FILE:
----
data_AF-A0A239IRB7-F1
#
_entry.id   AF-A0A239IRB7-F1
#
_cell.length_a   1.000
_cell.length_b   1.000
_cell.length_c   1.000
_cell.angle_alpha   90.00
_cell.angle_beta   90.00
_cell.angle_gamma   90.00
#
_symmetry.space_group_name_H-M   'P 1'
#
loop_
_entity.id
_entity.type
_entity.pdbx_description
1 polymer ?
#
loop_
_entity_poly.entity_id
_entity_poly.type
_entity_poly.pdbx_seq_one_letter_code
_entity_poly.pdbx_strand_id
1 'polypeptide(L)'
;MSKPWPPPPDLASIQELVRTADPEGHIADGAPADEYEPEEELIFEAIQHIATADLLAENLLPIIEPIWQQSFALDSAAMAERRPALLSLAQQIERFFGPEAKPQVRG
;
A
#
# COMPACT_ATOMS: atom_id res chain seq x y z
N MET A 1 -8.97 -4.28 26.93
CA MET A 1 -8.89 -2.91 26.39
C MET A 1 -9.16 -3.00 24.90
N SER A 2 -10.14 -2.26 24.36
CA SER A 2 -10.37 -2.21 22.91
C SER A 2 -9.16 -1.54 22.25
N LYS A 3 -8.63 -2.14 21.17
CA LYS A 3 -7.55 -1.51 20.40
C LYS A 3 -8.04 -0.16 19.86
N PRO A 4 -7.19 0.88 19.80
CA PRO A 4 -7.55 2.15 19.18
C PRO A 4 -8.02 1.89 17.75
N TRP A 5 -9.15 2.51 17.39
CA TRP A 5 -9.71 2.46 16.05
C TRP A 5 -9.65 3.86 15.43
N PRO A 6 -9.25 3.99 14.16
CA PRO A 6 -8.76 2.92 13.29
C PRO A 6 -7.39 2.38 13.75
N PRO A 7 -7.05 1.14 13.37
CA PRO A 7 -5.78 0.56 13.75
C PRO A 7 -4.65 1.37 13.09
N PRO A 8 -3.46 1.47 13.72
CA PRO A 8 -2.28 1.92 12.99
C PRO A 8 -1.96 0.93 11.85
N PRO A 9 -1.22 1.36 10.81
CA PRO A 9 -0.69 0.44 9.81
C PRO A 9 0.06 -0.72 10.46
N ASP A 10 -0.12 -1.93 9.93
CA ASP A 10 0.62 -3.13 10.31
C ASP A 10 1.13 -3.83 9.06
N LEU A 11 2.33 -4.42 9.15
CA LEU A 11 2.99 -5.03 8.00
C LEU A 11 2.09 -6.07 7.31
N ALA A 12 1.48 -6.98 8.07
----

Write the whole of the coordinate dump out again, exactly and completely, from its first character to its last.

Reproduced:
data_AF-A0A239IRB7-F1
#
_entry.id   AF-A0A239IRB7-F1
#
_cell.length_a   1.000
_cell.length_b   1.000
_cell.length_c   1.000
_cell.angle_alpha   90.00
_cell.angle_beta   90.00
_cell.angle_gamma   90.00
#
_symmetry.space_group_name_H-M   'P 1'
#
loop_
_entity.id
_entity.type
_entity.pdbx_description
1 polymer ?
#
loop_
_entity_poly.entity_id
_entity_poly.type
_entity_poly.pdbx_seq_one_letter_code
_entity_poly.pdbx_strand_id
1 'polypeptide(L)'
;MSKPWPPPPDLASIQELVRTADPEGHIADGAPADEYEPEEELIFEAIQHIATADLLAENLLPIIEPIWQQSFALDSAAMAERRPALLSLAQQIERFFGPEAKPQVRG
;
A
#
# COMPACT_ATOMS: atom_id res chain seq x y z
N MET A 1 -8.97 -4.28 26.93
CA MET A 1 -8.89 -2.91 26.39
C MET A 1 -9.16 -3.00 24.90
N SER A 2 -10.14 -2.26 24.36
CA SER A 2 -10.37 -2.21 22.91
C SER A 2 -9.16 -1.54 22.25
N LYS A 3 -8.63 -2.14 21.17
CA LYS A 3 -7.55 -1.51 20.40
C LYS A 3 -8.04 -0.16 19.86
N PRO A 4 -7.19 0.88 19.80
CA PRO A 4 -7.55 2.15 19.18
C PRO A 4 -8.02 1.89 17.75
N TRP A 5 -9.15 2.51 17.39
CA TRP A 5 -9.71 2.46 16.05
C TRP A 5 -9.65 3.86 15.43
N PRO A 6 -9.25 3.99 14.16
CA PRO A 6 -8.76 2.92 13.29
C PRO A 6 -7.39 2.38 13.75
N PRO A 7 -7.05 1.14 13.37
CA PRO A 7 -5.78 0.56 13.75
C PRO A 7 -4.65 1.37 13.09
N PRO A 8 -3.46 1.47 13.72
CA PRO A 8 -2.28 1.92 12.99
C PRO A 8 -1.96 0.93 11.85
N PRO A 9 -1.22 1.36 10.81
CA PRO A 9 -0.69 0.44 9.81
C PRO A 9 0.06 -0.72 10.46
N ASP A 10 -0.12 -1.93 9.93
CA ASP A 10 0.62 -3.13 10.31
C ASP A 10 1.13 -3.83 9.06
N LEU A 11 2.33 -4.42 9.15
CA LEU A 11 2.99 -5.03 8.00
C LEU A 11 2.09 -6.07 7.31
N ALA A 12 1.48 -6.98 8.07